Results 1 to 5 of 5
  1. #1
    Join Date
    Feb 2014
    Posts
    4

    Unanswered: conceptual question around updates and committs

    I general question about how postgreSQL handles updates and commits in relation to performance.

    We have a jar file that's job is to process updates to patient records sent from other system. We receive messages from EMR systems that contain patient demographic information. These messages are triggered by all sort of events in their system. We have a 40% duplicate message rate and have a process that de-dups them prior to processing. Still though many of these messages contain data that is identical to the data stored in our DB but our processor runs an update and commit anyway. I want to avoid running these unnecessary updates and commits to save server resources and row locking. We currently receive about 200 of these messages a minute and can result in updates to single rows in 4 tables.

    Here is a very basic single table example of my question to try to understand the answer specifically around the update and commit functionality.

    Currently doing this, once again very basic for conceptual purposes...

    select 5000 records
    loop
    begin
    update table set column = 'data' where id = 'ID'
    commit;
    next


    I want to do something like this...

    select 5000 records
    loop
    begin
    update table set column = 'data' where id = 'ID' and column != 'data';
    commit;
    next

    or this...

    select 5000 records
    loop
    select count(id) from table where id = 'ID' and column != 'data'
    if count(id) =1 then
    begin
    update table set column = 'data' where id = 'ID';
    commit;
    else
    skip
    end
    next


    I hope this makes sense, and I look forward to the replies.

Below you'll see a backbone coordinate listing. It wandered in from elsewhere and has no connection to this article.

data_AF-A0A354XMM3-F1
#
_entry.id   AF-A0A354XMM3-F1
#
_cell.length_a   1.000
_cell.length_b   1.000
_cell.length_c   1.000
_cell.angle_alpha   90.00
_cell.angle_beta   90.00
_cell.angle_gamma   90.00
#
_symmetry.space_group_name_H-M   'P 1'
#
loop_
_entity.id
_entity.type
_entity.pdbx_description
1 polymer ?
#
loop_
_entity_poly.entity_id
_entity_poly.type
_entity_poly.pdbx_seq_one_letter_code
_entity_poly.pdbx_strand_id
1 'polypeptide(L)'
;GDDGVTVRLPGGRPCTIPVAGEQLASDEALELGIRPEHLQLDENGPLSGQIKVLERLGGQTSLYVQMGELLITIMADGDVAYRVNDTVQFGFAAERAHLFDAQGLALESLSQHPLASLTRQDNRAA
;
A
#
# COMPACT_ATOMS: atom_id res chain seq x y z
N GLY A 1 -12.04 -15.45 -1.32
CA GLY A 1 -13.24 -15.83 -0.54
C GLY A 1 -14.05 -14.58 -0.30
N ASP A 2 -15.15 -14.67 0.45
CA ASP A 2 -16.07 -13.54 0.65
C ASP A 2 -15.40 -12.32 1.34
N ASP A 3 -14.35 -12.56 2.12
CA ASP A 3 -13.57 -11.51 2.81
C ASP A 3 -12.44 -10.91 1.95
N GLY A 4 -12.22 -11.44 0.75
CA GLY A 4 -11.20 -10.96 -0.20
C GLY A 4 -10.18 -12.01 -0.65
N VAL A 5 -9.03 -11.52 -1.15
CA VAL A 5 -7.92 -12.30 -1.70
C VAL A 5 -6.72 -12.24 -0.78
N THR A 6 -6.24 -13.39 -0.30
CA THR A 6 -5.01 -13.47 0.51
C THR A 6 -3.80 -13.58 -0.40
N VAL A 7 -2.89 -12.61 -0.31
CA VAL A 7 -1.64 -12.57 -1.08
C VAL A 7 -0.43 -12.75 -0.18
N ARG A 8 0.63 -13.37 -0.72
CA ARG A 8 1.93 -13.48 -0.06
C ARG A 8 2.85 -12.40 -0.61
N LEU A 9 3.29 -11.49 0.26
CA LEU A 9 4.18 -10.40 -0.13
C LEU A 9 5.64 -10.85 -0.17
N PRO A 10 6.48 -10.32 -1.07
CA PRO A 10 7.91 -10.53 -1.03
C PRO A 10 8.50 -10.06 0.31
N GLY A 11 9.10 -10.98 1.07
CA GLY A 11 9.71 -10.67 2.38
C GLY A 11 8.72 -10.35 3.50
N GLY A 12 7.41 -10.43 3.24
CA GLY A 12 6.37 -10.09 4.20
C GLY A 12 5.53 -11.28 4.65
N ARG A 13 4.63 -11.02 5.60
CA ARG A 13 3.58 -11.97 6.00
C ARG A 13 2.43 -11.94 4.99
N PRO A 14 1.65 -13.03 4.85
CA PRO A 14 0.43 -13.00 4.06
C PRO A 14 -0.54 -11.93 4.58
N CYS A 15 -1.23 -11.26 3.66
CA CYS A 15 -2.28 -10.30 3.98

Thanks,

    David

  2. #2
    Join Date
    Feb 2004
    Location
    In front of the computer
    Posts
    15,579
    Provided Answers: 54
    I suppose that the ultimate answer to this question depends on the version of PostgreSQL running on your server, but for more than 99.9% of the cases that I've seen:

    An UPDATE statement of the form:
    Code:
    UPDATE myTable
       SET myColumn = 'This' 
       WHERE  1 = id
          AND 'This' != myColumn;
    will produce the correct response... No change will occur at the row or the database file.

    In 100% of the PostgreSQL servers that I've seen, a COMMIT statement with no change to the rows is effectively a NO-OP... It does nothing, in a really fancy way!

    To sum this up, you might find a bizarre outlier somewhere, but odds are good that the plan you are using will produce extremely efficient and effective code. I'm not as experienced with PostgreSQL as I am with some other SQL dialects, but I can't remember seeing a version/instance of the server that would handle your proposed code inefficiently.

    -PatP
    In theory, theory and practice are identical. In practice, theory and practice are unrelated.

  3. #3
    Join Date